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Coronavirus UK: Indoor mixing could be reintroduced sooner, SAGE suggests

Could Boris have gone even FURTHER? SAGE’s lockdown-easing plan would have let you meet a friend indoors for Easter with Tier 1-esque policies in April… but they warn a third wave is inevitable and relaxing too quickly could cause another 150,000 deaths

  • Prime Minister Boris Johnson today outlined the blueprint of his ‘one-way road to freedom’ to end lockdown
  • He said a third wave is inevitable, whenever lockdown ends, with SAGE modelling mirroring this warning
  • A gradual easing of lockdown can keep hospital admissions below the first wave peak, scientists say
  • But they warn ‘things could go wrong if we go about this the wrong way’ and 150,000 more people could die
  • Boris’s plan could bring back indoor mixing from mid-May, but SAGE model suggested doing it in March

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Boris Johnson‘s plan to lift lockdown could have factored in indoor mixing sooner and still kept hospital bed occupancy levels at the lowest level they are likely to reach in an inevitable third wave, SAGE modelling suggests.

The Prime Minister today laid out his ‘one-way road to freedom’ in plans to bring in the Rule of Six and mixing of two households outdoors by the end of March, with indoor socialising set for May 17 at the earliest.

However a plan suggested by SPI-M, a sub-group of SAGE, suggested that people could welcome solo visitors into their homes as early as March 29 while keeping most other factors roughly the same as the Government’s plan. 

SAGE’s modelling shows that a third wave of coronavirus infections and hospital admissions will be inevitable when lockdown rules are loosened, with the numbers of people on wards with Covid-19 approaching levels close to, or higher than, the first wave in the spring of 2020. In a worst-case scenario, another 150,000 people could die before next summer, the government advisers warned.

Lifting rules earlier but in a controlled manner could keep the hospitalisations below the first wave peak but bring the third wave forward so that it happens in the summer, when the pressure on the NHS is low, instead of winter.

The blueprint for lifting lockdown, outlined by Mr Johnson today and expected to be eased over March, April, May and June, is expected to see the R rate of the virus rise higher than 2 before the end of April. This rate – which measures how many people each person with coronavirus infects – will be higher than at any point since the very beginning of the pandemic.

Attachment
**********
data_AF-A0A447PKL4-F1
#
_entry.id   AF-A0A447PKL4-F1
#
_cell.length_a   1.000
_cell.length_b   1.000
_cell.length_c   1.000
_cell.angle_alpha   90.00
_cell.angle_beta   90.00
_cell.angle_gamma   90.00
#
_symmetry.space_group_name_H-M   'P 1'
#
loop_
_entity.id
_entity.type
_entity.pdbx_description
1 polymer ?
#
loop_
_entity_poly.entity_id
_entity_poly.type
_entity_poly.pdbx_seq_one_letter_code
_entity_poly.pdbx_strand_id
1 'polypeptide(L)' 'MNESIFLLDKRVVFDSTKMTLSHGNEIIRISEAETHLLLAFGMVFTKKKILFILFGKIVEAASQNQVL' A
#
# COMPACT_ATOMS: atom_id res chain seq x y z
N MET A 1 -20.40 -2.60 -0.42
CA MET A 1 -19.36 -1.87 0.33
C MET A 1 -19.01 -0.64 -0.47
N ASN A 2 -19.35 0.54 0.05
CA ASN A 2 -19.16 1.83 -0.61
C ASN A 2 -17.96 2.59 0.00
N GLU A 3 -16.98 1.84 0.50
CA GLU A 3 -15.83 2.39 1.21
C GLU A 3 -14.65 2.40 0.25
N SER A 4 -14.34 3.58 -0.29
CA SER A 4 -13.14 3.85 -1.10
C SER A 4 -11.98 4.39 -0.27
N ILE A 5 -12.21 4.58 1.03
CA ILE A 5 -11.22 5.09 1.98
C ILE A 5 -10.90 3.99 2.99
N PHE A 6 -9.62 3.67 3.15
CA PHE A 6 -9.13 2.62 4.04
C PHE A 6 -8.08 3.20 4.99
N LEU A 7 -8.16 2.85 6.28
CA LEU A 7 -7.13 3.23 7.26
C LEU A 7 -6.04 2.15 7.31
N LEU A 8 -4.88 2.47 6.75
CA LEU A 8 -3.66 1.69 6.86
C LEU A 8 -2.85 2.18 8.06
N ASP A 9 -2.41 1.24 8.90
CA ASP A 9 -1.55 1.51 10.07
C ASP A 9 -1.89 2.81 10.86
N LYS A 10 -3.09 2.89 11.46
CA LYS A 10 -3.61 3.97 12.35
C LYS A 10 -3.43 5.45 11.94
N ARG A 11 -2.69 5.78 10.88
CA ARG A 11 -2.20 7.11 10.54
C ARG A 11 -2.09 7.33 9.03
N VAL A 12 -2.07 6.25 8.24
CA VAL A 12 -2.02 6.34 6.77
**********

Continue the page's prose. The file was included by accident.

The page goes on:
But it is hoped that widespread vaccination – more than 17.5million people have been vaccinated already and all adults in the UK are likely to have been offered a jab by the time lockdown is lifted completely – will prevent millions of infections and thousands of hospital admissions and deaths.

Data published today for the first time suggest that the jabs already being used in Britain – made by Pfizer and AstraZeneca – are already preventing between 85 and 94 per cent of hospital admissions among people who have had them, and Pfizer’s jab may be stopping upwards of 70 per cent of people from becoming infected.

But the Government’s top scientists sounded alarm bells in a briefing with journalists this morning, insisting that the easing of lockdown must be led by ‘data not dates’. Dame Angela McLean, deputy chief scientific adviser, said: ‘One of the things that is very clear is this could go wrong if we go about things the wrong way.’

SAGE modelling presented to the Government found that one-on-one indoor mixing could be brought back at the end of March and the inevitable third wave still kept under control. Graph shows how all lockdown-lifting scenarios eventually lead to a third spike in the number of people in hospital – the green line appears to track closely to Mr Johnson’s plan to lift lockdown, but factored in indoor mixing as soon as March 29. It brings forward the next spike in NHS pressure to the summer, when the NHS is less busy, instead of pushing it back to the winter

A second modelling scenario confirmed that one-on-one indoor mixing being reintroduced in March (scenario 5a, the green line) could be part of a method that keeps the hospital bed occupancy below the first wave peak

A second modelling scenario confirmed that one-on-one indoor mixing being reintroduced in March (scenario 5a, the green line) could be part of a method that keeps the hospital bed occupancy below the first wave peak

Boris Johnson's lockdown plan, announced today, appears to track closely to scenario 5, which will likely allow the R rate to surge to 2 or higher by the end of April

Boris Johnson’s lockdown plan, announced today, appears to track closely to scenario 5, which will likely allow the R rate to surge to 2 or higher by the end of April

SAGE researchers warned that up to another 150,000 Britons could die over the next year if No10 releases lockdown restrictions too early, according to gloomy modelling ministers used to decide on the ‘roadmap’ back to normality.

Doom-mongering analysis presented to SAGE – the Government’s panel of top scientific advisers – took into account several different time-frames for completely easing the draconian restrictions.

The most alarming model took into account placing the nation back into Tier 3/2-style measures on March 29 and then fully lifting lockdown on April 26.

The blueprint – made by ‘Professor Lockdown’ Neil Ferguson and his Imperial team – warned that it could lead to another 154,000 deaths between now and next June.

In comparison, the additional death toll would be kept under six figures if ministers waited until July 16 to ease all restrictions.

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